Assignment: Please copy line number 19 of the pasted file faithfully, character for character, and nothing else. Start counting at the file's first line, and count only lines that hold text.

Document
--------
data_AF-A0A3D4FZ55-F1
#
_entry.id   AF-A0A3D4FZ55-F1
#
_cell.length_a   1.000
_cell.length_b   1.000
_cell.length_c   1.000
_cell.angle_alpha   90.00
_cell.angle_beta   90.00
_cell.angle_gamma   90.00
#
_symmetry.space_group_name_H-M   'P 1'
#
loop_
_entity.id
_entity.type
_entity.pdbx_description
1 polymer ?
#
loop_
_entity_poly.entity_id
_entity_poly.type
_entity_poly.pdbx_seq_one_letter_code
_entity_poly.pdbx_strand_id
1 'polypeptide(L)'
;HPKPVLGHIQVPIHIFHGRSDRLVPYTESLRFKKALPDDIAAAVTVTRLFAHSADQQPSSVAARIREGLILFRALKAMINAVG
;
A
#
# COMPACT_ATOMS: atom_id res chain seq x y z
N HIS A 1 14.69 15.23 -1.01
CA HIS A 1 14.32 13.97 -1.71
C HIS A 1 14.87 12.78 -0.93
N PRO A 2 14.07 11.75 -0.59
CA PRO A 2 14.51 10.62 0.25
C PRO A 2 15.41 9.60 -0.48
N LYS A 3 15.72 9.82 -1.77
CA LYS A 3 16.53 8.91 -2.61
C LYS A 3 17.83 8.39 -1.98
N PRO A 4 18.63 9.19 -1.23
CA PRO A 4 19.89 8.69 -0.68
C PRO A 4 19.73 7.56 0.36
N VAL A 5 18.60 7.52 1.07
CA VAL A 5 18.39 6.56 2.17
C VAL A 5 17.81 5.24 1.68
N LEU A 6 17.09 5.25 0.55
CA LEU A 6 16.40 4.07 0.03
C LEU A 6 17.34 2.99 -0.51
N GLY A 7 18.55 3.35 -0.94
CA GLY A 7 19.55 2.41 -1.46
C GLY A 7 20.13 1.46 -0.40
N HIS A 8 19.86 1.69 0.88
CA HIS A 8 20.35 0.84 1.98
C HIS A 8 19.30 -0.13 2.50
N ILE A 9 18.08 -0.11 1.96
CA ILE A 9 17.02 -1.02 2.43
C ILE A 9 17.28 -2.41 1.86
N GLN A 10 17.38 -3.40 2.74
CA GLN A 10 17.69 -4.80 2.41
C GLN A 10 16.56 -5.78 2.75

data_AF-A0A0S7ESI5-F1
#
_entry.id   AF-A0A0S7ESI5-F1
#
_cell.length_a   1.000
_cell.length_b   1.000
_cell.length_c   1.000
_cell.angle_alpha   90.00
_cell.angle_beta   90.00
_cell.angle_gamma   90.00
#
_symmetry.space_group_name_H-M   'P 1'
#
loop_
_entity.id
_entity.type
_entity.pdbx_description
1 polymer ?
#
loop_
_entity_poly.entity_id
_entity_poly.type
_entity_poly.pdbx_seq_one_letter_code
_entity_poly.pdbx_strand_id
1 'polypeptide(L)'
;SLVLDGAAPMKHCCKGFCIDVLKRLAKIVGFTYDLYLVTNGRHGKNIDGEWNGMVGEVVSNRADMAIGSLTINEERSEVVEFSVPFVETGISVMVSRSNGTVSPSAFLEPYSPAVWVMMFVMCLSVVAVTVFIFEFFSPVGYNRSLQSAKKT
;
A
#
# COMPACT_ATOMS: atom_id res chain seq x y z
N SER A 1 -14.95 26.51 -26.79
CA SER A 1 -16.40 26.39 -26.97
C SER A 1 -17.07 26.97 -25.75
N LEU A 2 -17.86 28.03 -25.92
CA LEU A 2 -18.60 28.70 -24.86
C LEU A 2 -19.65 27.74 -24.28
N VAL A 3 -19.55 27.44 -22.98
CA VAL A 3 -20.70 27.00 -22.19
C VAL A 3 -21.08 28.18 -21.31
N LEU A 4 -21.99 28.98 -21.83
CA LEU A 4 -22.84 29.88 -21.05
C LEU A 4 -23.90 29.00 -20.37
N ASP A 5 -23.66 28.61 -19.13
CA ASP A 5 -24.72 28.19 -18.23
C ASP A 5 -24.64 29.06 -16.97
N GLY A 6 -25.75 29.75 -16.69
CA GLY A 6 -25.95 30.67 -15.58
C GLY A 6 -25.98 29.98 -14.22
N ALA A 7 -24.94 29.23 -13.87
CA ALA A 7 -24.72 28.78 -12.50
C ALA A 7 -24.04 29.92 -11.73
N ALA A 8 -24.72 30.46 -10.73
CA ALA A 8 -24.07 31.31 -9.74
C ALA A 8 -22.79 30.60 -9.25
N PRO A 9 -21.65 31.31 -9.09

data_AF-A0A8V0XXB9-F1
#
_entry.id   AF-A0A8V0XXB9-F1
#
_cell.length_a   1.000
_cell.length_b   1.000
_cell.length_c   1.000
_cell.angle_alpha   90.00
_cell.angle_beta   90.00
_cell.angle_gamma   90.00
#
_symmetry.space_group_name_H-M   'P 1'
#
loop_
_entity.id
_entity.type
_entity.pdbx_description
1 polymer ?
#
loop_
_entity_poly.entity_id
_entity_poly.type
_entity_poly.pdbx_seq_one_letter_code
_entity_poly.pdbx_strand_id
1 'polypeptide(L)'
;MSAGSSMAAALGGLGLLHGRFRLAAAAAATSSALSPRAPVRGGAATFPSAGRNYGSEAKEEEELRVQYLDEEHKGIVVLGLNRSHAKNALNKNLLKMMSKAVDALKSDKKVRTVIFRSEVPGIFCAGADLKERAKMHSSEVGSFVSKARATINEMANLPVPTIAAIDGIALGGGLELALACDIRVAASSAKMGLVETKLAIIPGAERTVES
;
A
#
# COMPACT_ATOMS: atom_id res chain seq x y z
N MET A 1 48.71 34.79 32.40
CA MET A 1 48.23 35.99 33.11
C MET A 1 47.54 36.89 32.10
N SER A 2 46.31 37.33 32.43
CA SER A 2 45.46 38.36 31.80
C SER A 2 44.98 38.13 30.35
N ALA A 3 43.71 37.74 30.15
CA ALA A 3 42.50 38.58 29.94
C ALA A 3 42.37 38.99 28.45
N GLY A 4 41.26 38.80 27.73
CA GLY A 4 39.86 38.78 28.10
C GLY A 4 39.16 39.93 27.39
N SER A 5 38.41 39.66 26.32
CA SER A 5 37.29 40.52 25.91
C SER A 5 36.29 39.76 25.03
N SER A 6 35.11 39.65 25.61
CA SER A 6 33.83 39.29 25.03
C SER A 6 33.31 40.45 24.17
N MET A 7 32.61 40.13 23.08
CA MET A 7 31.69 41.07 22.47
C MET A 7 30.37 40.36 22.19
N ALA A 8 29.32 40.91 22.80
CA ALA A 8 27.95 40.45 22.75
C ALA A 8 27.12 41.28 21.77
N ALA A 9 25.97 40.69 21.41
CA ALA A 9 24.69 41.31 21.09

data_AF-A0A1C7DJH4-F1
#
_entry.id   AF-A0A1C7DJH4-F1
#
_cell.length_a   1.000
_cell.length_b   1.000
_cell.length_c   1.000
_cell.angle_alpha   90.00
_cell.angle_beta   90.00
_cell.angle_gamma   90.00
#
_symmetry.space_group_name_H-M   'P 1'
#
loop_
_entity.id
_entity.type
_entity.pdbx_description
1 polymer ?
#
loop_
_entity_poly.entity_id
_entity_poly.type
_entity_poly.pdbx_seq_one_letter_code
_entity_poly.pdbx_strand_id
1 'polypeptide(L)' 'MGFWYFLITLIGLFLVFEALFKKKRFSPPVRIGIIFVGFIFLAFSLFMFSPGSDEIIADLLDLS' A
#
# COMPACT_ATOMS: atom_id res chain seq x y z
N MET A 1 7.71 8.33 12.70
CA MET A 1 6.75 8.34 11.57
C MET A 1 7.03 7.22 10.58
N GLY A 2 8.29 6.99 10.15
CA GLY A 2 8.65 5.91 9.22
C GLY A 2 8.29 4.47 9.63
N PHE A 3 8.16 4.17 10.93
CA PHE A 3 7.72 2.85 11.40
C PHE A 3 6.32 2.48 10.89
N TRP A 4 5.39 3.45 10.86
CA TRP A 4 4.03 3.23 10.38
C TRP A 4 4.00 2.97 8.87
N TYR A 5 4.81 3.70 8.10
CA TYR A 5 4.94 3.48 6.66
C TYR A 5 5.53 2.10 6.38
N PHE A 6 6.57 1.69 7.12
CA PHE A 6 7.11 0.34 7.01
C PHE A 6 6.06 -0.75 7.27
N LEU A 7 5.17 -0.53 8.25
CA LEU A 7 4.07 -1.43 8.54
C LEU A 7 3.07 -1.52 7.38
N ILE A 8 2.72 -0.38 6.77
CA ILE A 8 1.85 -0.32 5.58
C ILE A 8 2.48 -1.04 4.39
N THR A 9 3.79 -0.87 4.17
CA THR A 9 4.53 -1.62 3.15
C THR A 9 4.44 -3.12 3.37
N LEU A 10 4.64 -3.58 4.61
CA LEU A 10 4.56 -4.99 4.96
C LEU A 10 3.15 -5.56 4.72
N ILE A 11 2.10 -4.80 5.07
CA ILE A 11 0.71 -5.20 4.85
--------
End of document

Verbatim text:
#